Aggregate Knowledge has added new features to its Media Intelligence Platform that lets marketers see what the results of media spending adjustments would be before they pull the trigger.
Aggregate Knowledge has added new features to its Media Intelligence Platform (MIP) that lets marketers see what the results of media spending adjustments would be before they pull the trigger.
The newest generation of the platform also comes with a money-back guarantee for new customers.
Aggregate Knowledge's MIP, is a data management application targeted toward Fortune 500 customers that combines audience and media data into one platform, tracking cross-channel performance and customer touch points, including email, search, Facebook, display, video and ad exchanges.
The enhanced platform "could help inform other products that we're using. Depending on how we want to activate against it, it could work in conjunction with other products like a trading desk or other solutions we're using," said Julian Zilberbrand SVP, global digital director, strategic partnership and technology solutions for Starcom MediaVest Group. Several SMV clients are Aggregate Knowledge customers.
This latest version of MIP delivers improved "what-if" tools that include cost data, so that marketers can adjust their media spends on the fly, based on the budget impact, rather than simply on impressions.
"The interface is evolving to not only contain the information you need to make decisions but also to bring more of it to the forefront," said Rob Gatto, president.
Aggregate Knowledge has found that, on average, between 20 and 30 percent of any media buy is wasted, due to things like duplication of audience members, advertising to the same person on multiple channels or saturating an audience member.
"As a neutral, agnostic party that sits between media that an advertisers runs and the audience, we help them take a look at the media they're pushing out into the marketplace and how that's performing in the context of the audience," said Gatto. The new tool "helps an advertiser find waste in the media buy, extract the waste and redeploy it."
The what-if tools model prospective inventory mixes, so that an advertiser could, for example, drop the bottom 10 percent of underperforming media or audience segment and reallocate it into the top 10 percent.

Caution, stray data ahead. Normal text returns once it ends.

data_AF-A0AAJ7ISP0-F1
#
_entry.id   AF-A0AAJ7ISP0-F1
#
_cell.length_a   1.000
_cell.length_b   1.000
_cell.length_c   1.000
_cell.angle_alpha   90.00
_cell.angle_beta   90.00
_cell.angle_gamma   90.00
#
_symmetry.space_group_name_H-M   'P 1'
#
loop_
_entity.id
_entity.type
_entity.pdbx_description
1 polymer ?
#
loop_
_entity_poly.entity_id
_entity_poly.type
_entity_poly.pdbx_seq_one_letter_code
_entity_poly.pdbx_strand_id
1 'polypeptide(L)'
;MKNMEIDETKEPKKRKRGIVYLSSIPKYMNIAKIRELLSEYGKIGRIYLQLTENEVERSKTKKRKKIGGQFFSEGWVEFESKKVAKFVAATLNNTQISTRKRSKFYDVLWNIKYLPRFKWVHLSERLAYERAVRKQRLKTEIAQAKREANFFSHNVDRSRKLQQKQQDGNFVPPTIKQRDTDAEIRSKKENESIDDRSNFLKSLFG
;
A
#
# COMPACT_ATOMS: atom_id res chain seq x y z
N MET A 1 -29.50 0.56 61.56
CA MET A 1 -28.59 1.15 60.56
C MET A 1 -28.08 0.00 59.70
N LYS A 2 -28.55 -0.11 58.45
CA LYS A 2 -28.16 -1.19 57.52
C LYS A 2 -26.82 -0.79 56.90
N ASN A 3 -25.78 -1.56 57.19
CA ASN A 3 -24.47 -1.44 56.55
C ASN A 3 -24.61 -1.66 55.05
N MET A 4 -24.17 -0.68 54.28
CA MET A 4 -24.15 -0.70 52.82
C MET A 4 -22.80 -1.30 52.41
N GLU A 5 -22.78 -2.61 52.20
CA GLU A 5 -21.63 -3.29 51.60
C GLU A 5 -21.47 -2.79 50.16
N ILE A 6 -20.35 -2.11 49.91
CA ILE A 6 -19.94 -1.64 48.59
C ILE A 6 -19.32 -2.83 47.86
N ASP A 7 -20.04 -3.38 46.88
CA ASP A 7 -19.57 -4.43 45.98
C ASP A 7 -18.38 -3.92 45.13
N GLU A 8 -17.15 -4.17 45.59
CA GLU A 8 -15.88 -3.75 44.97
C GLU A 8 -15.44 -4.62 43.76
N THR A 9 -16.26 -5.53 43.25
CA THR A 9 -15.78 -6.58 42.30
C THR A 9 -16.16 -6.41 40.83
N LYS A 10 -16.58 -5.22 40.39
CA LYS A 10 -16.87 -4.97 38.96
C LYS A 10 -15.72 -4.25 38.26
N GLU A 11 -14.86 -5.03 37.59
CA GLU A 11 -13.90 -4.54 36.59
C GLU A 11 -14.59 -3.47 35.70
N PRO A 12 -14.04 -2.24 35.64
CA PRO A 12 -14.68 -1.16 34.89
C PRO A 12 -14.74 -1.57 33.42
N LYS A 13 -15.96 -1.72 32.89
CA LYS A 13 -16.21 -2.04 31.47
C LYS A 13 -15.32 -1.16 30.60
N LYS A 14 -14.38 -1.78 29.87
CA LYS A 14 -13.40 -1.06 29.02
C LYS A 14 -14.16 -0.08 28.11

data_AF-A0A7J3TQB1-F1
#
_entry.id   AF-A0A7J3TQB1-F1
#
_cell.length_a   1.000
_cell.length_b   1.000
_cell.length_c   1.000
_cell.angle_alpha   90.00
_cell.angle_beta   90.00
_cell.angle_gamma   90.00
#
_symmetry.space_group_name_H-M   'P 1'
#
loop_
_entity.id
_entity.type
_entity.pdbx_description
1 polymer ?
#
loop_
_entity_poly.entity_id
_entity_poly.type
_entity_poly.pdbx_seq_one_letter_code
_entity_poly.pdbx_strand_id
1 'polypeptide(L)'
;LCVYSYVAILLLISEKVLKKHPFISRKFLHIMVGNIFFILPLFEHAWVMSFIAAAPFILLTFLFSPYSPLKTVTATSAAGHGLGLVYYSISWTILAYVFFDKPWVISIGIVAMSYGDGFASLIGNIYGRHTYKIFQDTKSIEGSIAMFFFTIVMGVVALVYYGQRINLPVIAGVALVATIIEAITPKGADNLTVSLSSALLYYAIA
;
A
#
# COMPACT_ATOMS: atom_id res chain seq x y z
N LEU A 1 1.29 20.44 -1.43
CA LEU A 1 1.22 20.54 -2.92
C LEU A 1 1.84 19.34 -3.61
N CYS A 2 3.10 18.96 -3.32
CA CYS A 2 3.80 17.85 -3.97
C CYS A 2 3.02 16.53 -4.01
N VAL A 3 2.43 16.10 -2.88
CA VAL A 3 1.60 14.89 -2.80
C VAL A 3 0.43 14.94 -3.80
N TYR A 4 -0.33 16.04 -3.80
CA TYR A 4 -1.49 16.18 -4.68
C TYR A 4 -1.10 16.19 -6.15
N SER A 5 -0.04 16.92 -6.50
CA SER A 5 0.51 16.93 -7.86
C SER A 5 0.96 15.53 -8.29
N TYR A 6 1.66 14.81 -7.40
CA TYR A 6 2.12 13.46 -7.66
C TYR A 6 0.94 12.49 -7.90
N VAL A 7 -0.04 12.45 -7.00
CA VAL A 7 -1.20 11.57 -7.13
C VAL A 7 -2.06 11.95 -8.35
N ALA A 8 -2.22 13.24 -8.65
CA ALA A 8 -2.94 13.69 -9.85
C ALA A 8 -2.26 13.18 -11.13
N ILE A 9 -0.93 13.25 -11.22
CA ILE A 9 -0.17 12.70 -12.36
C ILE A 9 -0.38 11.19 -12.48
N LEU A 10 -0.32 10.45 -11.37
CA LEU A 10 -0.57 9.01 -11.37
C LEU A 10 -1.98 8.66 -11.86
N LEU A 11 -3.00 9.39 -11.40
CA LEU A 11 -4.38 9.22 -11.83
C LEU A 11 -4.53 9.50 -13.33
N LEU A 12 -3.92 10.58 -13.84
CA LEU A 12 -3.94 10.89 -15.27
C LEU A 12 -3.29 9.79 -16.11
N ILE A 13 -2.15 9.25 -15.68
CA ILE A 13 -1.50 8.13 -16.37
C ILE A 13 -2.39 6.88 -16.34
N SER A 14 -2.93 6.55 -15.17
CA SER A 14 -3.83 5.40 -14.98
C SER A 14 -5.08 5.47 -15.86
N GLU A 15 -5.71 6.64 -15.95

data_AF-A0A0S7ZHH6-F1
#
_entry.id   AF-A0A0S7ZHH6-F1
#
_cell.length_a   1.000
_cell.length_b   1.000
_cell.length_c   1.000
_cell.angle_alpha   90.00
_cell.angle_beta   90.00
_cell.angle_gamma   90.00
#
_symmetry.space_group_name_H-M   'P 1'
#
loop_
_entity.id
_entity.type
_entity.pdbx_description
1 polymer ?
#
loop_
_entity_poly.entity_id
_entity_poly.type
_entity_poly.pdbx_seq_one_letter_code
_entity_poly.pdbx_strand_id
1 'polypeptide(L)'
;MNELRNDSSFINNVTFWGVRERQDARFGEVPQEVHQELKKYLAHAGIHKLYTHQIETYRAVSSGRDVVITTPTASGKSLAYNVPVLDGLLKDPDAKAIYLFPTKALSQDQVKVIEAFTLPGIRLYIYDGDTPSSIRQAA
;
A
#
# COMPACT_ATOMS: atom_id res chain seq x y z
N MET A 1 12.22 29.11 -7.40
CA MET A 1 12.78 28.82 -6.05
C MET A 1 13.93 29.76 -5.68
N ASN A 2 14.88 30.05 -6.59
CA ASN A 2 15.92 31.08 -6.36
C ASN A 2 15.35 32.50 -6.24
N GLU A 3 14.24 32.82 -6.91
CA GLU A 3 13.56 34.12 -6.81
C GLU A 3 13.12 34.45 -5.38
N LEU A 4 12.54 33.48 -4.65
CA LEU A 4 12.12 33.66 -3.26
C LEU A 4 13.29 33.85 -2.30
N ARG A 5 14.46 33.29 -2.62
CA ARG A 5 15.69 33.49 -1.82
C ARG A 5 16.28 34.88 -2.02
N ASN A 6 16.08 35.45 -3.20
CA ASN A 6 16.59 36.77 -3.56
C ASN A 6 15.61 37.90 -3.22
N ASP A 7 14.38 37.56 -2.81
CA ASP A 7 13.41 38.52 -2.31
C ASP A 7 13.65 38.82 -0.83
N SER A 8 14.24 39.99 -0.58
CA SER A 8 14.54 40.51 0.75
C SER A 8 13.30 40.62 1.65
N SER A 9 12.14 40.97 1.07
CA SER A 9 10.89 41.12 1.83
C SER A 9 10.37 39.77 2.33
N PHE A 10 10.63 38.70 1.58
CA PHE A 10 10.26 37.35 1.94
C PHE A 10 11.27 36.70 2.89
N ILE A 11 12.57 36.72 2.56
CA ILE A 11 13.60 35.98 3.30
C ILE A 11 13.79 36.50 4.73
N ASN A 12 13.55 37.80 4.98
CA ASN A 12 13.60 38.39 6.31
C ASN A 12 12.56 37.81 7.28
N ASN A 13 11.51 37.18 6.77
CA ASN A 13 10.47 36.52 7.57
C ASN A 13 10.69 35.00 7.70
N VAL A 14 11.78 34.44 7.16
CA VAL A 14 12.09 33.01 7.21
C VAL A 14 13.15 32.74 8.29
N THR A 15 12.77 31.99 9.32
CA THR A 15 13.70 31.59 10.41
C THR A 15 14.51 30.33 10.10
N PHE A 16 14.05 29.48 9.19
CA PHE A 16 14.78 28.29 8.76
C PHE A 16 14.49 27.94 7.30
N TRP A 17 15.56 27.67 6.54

"You can overlay potential decisions and see how they affect your cost or interaction; there are a number of different metrics you can use. For example, an advertiser could see how many additional people the change would reach or how much it could lower the cost per action," Gatto said. "It tells you not only recommendations on where to move but also, if you made those moves, what would happen to your key metrics."
The newest release also provides new publisher views, so that marketers can understand which media performed best over time. The company says this can reduce overlap and increase efficiency of the media spend.
For example, Aggregate Knowledge has found that media plans that include Facebook drive 24 percent more new sales than those without it. It's also found that most marketers should reinvest 26 percent of their ad spend to reach 40 percent more customers. From data aggregated across the client base.
This kind of tool doesn't fit the needs of every client, Zilberbrand said, but, "For heavily data-focused clients that are looking at multiple sets of data, tools of this nature help centralize a lot of the information and provide analytics, so they are very useful from that standpoint."
The company processes more than 3 billion ad events per day, and it integrates with Google, AOL, MSN, Facebook and 25,000 other publishers.
Aggregate Knowledge is going after new clients in the Internet 100 with a no-risk guarantee. "We will guarantee a 10 percent increase in either reach or a sales metric," said Leslie Petry, director, product marketing. The company will baseline sample campaigns and provide recommendations the customer can implement for 60 days. If it doesn't gain 10 percent, they will get their money back.
Aggregate Knowledge provides the Media Intelligence Platform as SAAS, with pricing based on the volume of media run. Most clients go into proof of concept mode for 60, 90 or 120 days, paying a fixed amount for the test before moving to volume-based pricing. Testing typically costs between $30,000 and $50,000 per month, Gatto said, with ongoing clients spending from $16,000 up to $300,000 per month.
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Susan Kuchinskas has covered interactive advertising since its invention. The former staff writer for Adweek, Business 2.0, and M-Business covers technology, business and culture from Berkeley, CA.
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